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Reaching speeds of more than 130 mph and at two inches off the ground, kart racing is a high-energy sport. Many top Indy-car drivers train and hone their reflexes on these vehicles.

The Need for Speed

Reprinted from SNS November 2000

Roy Schellenberger races karts. But these are not your ordinary "go-karts"—they're powerful vehicles that can travel up to 140 mph.

Schellenberger was a nationally ranked motocross motorcycle racer who was injured (T5) three years ago at the Daytona Supercross. On the first lap he crashed coming off a jump, and several other riders landed on him. Now he races karts and is training to be one of the nation's best drivers.

Reaching speeds of more than 130 mph and at two inches off the ground, kart racing is comparable to Indy cars. Many people start with karts and go on to professional car racing. The karts look like small Indy cars and are powered with 125cc motorcycle engines.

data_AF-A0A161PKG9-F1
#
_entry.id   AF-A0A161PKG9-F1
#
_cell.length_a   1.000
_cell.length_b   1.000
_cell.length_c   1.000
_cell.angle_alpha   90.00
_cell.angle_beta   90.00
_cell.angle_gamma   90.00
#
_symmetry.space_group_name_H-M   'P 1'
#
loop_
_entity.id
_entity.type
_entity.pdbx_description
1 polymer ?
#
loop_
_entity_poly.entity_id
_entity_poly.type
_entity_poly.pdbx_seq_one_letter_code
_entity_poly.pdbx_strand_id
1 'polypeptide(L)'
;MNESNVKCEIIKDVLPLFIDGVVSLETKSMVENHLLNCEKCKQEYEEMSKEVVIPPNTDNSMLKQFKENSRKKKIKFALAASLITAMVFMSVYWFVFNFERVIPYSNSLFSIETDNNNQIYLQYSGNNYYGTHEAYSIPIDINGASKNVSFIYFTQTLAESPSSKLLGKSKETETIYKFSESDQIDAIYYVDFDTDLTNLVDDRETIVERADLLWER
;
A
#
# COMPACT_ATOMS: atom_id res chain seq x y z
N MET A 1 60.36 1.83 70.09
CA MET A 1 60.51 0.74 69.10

The race track is a closed loop but includes left, right, and hairpin turns; straights; and even small hills and dips. The courses are always exciting and require skill and concentration.

Some modifications had to be done to make Schellenberger's kart accessible. A custom wraparound fiberglass seat and Velcro straps hold him securely in the kart. The brakes and throttle had to be modified for hand controls mounted on the steering column. But the biggest adaptation was the pneumatic air shifter. Buttons on the steering column use pressurized CO2 from a paintball bottle. The gas pressure is used to push and pull on the gearshift lever. The shifter had to be quick and accurate. With so many turns on the race course, Schellenberger is always shifting gears.

"For the first time in two years [following my injury], I felt alive again—back to aggressive, competitive racing," Schellenberger says. "Getting the opportunity to compete equally in an extreme sport was just what the doctor ordered."


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The Need for Speed


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